Regents vote to continue expanded COT welding program

2011-11-18T12:15:00Z 2011-11-19T00:15:13Z Regents vote to continue expanded COT welding programThe Associated Press The Associated Press
November 18, 2011 12:15 pm  • 

The Montana Board of Regents voted to continue an expanded welding program at the Montana State University Billings College of Technology during its meeting in Bozeman on Friday morning.

Regents also approved spending $1.6 million to draw up plans for a new business college at MSU in Bozeman. The unanimous vote to move ahead with the design of the new $20 million College of Business was one of several projects the regents approved as the board wrapped up two days of meetings in Bozeman.

Two years ago, the COT added a four-semester associate degree in welding that included courses teaching skills needed in the booming energy industry.

Because that program received a fast-track approval due to the high demand for welders, it required a review this year to ensure it was still needed.

The program has remained popular and graduates still are sought by employers, according to Vern Gagnon, chairman of the COT welding program.

During the two-day meeting at Montana State University, regents also approved a pay raise of a little more than 1 percent for MSU Billings Chancellor Rolf Groseth, bringing it to $157,555.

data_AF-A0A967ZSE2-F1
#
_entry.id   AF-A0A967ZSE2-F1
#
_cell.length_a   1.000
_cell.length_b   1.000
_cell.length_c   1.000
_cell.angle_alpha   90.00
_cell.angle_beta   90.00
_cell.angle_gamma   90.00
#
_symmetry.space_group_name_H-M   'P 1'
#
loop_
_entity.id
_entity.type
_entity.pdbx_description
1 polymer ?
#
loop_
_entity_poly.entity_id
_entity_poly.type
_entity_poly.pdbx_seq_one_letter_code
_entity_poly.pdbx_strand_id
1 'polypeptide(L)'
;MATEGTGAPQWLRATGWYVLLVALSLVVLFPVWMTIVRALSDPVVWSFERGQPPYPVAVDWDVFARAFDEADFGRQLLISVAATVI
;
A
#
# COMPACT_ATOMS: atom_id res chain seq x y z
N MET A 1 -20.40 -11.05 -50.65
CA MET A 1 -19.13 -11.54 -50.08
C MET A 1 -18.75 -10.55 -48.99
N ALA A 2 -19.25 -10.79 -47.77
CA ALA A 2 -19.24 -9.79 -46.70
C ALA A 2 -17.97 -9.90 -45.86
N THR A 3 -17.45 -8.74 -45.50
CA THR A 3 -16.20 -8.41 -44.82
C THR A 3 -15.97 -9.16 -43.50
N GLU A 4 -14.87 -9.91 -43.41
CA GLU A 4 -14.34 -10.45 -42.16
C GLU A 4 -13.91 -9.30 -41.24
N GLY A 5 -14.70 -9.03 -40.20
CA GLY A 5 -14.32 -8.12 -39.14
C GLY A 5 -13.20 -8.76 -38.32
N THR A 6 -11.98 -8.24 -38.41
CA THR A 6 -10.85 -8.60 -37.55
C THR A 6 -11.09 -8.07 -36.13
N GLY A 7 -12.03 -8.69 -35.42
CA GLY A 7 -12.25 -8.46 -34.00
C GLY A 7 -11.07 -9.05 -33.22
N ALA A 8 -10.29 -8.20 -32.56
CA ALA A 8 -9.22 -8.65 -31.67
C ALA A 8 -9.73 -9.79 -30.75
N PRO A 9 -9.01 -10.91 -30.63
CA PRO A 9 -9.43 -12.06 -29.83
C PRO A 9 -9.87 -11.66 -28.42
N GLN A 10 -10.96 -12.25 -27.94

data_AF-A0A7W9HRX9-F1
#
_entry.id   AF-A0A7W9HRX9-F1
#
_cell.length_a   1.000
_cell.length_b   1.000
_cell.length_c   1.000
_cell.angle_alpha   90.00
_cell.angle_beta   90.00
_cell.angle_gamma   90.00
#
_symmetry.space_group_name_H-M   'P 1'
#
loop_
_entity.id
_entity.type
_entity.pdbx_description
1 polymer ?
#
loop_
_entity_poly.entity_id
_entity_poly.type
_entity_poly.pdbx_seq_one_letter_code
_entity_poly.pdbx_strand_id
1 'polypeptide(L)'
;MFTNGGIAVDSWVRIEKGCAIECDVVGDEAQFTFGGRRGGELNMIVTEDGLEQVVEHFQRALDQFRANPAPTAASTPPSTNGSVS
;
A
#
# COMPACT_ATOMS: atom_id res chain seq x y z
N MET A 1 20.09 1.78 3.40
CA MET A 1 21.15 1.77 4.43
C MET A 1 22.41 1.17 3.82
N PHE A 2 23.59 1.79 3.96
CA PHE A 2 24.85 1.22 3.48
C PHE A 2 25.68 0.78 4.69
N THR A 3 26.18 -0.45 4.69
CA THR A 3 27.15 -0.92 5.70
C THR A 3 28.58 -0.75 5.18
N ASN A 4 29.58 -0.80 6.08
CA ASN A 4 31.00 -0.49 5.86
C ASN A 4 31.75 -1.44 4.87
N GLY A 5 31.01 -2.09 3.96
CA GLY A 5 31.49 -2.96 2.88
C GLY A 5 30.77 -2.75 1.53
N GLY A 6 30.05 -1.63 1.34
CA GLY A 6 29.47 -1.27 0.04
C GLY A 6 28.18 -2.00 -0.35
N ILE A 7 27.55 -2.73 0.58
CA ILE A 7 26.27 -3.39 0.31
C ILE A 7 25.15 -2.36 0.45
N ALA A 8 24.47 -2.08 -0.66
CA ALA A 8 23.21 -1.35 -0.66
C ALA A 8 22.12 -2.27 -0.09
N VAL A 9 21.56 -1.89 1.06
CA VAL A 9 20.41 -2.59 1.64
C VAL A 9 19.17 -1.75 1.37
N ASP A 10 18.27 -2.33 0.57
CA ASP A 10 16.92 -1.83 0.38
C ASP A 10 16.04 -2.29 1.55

Earlier this fall, regents approved pay raises of about the same percentage for most other campus leaders in the state as well as faculty and staff.

Following a longstanding policy, Groseth’s raise was delayed until after negotiations were completed for MSU Billings faculty.

Jake Jabs, who donated the money to build the business college at MSU, received a standing ovation from the regents and the rest of the higher education officials in the audience. The 80-year-old furniture entrepreneur and 1952 MSU graduate donated $25 million to build the new business college, the largest gift in University System history.

“I want it to be a real showplace,” Jabs said.

Susan Dana, the interim business dean, said the project is creating “energy and excitement among students, faculty, the business community and the entire campus.”